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Paralympians return in golden glory
By Yu Zhong (China Daily)
Updated: 2004-10-01 00:56

Without arms, He Junquan, a 26-year-old from Central China's Hubei Province, is still an excellent swimmer, excellent enough to have pocketed four gold medals in the Athens Paralympics which concluded on September 28.

Members of the Chinese Paralympic Delegation wave to people welcoming them home at the Capital Airport yesterday. The athletes won 63 golds, 46 silvers and 32 bronzes, placing them at the top of the medal charts for the games in Athens. [newsphoto]

"I never believed that I could win four golds," said the champion, wearing a smile with his four golds.

He, together with all the other Chinese Paralympians, gave the nation a surprise with their superb performance.

Struck by high voltage electricity, he lost both of his arms at the age of three.

But luck was on his side nine years later when he won a chance to swim for his city.

In 1995, the 17-year-old took part in a provincial selection trial with the encouragement of his first coach, who passed away right before He's departure for Athens.

"To win the trial, the coach took me to practice in a public bathhouse every day," he said.

At the 11th Sydney Paralympics, He was the gold medal winner in the mens 50 metres butterfly.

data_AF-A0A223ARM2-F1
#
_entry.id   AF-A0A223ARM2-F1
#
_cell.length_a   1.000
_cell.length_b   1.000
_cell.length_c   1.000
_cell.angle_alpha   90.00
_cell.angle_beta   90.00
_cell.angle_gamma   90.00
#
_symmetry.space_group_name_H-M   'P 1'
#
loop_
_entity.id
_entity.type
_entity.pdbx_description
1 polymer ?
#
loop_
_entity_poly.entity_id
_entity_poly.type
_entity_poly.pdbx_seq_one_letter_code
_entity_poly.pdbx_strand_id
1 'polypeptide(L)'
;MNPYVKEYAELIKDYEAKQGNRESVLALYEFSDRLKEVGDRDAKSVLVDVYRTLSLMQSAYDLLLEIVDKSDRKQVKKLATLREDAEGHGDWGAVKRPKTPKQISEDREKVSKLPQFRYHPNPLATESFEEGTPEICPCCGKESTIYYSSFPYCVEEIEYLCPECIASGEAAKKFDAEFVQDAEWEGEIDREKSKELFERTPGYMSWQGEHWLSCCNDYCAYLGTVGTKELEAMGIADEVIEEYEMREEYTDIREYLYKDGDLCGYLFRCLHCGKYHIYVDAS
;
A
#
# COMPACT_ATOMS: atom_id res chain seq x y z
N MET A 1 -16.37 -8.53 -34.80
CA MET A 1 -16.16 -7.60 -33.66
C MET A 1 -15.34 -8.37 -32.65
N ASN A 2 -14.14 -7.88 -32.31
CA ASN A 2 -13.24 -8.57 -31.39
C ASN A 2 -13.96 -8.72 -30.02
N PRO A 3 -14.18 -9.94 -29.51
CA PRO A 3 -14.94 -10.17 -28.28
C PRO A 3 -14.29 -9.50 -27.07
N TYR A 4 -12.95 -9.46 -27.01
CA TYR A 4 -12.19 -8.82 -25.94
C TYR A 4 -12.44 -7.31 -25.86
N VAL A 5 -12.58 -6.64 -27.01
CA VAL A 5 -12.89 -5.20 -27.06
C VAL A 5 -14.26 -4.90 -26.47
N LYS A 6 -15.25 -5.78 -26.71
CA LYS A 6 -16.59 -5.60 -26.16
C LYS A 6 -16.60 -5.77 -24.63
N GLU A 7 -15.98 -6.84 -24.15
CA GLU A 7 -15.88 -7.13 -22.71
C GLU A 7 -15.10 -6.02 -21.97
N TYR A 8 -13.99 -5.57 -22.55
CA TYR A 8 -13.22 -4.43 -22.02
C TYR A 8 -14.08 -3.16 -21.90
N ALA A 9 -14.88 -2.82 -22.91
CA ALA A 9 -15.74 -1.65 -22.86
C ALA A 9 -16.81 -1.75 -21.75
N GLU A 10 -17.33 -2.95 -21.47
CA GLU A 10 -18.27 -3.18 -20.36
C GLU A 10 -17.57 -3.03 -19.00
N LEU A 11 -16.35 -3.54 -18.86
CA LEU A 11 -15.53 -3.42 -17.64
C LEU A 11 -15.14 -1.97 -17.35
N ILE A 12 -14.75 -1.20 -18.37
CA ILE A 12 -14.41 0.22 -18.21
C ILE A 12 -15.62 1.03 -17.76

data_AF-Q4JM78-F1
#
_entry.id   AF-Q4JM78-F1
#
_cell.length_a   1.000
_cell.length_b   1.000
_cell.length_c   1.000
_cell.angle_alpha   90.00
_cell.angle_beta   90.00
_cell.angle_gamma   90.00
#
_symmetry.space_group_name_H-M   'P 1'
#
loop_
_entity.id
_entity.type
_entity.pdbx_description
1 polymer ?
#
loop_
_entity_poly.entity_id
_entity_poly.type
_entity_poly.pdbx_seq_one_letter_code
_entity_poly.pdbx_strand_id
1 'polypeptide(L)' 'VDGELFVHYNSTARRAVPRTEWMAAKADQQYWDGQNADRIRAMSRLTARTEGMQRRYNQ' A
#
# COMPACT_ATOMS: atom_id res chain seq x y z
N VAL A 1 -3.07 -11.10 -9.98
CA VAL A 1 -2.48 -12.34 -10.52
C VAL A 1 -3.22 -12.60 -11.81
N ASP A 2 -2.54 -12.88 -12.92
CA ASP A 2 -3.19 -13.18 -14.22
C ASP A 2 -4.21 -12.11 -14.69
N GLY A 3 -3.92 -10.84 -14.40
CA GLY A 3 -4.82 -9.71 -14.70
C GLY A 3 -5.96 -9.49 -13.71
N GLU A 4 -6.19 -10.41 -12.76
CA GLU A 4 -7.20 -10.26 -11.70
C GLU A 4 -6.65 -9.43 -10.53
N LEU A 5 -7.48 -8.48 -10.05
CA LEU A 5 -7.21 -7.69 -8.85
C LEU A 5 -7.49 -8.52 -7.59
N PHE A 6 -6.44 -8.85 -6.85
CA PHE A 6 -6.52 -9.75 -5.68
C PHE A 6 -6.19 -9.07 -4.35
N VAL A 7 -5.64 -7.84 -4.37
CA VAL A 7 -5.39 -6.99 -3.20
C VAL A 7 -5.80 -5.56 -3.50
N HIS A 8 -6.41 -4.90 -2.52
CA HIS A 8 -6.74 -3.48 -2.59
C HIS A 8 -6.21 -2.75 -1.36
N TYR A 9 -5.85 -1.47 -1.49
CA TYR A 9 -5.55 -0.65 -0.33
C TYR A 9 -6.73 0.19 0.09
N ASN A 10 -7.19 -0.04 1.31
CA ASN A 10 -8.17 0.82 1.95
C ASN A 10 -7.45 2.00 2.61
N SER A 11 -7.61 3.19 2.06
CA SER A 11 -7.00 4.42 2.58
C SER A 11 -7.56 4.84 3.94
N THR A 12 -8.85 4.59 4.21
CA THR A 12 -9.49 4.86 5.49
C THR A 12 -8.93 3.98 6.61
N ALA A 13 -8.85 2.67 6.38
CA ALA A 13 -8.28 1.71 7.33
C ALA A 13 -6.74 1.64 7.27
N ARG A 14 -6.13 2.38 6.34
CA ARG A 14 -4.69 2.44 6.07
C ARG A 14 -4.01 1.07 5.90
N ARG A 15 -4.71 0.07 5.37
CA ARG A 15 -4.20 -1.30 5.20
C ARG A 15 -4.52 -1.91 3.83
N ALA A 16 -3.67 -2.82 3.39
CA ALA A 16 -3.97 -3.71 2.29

This triumph was quadrupled in 2004 with his victories in the backstroke, butterfly, individual medley and free style relay competitions.

Li Duan, a blind double gold medallist in the long jump, shares He's wish for more golds in the 2008 Beijing Paralympics.

Li was an army man before he lost his eyesight in an accident at the age of 18.

In the 11th Paralympics in Sydney, he won a silver and a bronze.

"The silver and bronze can have the national flag flying but can never have the anthem played. For a blind athlete like me, the biggest wish is to hear the national anthem," Li said.

To realize his dream, Li exhausted himself day after day with extra training.

He fulfilled his dream this summer as the Chinese national anthem played after his long jump victories.

The amazing medal haul of 63 golds by the Chinese team astounded the world but not the coaches, who always believed in their athletes.

"Though most of our athletes are young and inexperienced, we had good preparation before the Games," said Zhang Honggu, chief coach of swimming.

"Actually, our rivals also become stronger. But our athletes made good their abilities during the Games and kept cool heads. "

President of the China Paralympic Committee Wang Xinxian said 26 gold medals were won by new athletes, which bolsters the nation's confidence ahead of the 13th Games in Beijing in four years.

"In the past Games, we maintained advantages in our best events such as athletics and swimming. But happily, some of the areas in which we made debuts this time round also brought great success, such as the women's sitting volleyball," said Wang.

President of the China Disabled Persons' Federation Deng Pufang said: "We will try our best to participate in all the events in the 2008 Paralympics."

The 12-day-long Athens Paralympics saw China's sweeping victory in the final medal standings in terms of both gold medals and total medals.

Ranked sixth on the gold medal table in Sydney, China attained in Athens a total of 141 medals, 63 of them gold.

Britain was second with 93 medals and Canada third on 72 medals.

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